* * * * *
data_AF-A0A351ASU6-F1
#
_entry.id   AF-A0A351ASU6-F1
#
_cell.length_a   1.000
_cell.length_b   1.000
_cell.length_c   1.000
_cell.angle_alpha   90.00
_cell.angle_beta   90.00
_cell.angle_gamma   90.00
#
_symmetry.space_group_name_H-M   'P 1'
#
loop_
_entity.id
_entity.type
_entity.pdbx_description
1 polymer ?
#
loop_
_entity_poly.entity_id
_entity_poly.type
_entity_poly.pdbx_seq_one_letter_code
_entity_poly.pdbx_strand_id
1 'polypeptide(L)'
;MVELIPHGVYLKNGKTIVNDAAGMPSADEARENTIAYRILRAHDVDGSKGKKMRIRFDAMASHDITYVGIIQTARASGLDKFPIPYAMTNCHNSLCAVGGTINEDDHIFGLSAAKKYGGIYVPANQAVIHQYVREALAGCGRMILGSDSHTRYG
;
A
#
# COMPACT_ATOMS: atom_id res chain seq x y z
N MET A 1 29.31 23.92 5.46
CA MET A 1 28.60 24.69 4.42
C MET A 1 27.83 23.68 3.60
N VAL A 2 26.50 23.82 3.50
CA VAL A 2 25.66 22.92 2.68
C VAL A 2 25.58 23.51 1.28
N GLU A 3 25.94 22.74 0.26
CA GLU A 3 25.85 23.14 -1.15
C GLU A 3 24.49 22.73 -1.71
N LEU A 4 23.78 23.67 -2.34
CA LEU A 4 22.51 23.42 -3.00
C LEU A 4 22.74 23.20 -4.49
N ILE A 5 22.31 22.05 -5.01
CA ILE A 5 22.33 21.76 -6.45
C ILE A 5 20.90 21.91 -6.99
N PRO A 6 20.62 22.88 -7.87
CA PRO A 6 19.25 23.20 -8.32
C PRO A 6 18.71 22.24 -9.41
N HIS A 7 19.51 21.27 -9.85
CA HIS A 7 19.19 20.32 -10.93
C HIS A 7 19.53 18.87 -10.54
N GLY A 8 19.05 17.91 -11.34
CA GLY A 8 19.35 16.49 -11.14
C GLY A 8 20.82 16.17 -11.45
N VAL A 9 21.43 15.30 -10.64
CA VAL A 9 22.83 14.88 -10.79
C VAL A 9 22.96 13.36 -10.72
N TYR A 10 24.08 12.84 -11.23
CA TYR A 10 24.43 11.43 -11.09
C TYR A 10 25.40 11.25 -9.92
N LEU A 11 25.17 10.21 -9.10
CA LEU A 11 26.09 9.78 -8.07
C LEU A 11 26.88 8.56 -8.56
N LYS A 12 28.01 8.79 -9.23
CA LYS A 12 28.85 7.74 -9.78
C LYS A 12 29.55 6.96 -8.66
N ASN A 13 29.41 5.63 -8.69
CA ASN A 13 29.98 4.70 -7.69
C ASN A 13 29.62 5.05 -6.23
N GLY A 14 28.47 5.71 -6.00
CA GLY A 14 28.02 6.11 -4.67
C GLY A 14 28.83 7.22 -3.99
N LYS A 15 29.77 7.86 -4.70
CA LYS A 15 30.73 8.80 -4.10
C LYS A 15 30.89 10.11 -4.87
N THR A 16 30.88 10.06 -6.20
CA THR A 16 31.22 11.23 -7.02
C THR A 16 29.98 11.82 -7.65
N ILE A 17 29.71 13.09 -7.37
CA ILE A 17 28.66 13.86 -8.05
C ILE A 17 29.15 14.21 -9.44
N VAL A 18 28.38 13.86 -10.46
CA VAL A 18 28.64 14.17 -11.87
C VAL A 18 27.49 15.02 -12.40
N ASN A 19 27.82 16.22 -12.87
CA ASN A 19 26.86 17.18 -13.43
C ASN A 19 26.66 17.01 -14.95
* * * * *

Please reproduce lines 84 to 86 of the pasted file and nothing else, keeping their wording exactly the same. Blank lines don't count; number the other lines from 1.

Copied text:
C VAL A 18 27.49 15.02 -12.40
N ASN A 19 27.82 16.22 -12.87
CA ASN A 19 26.86 17.18 -13.43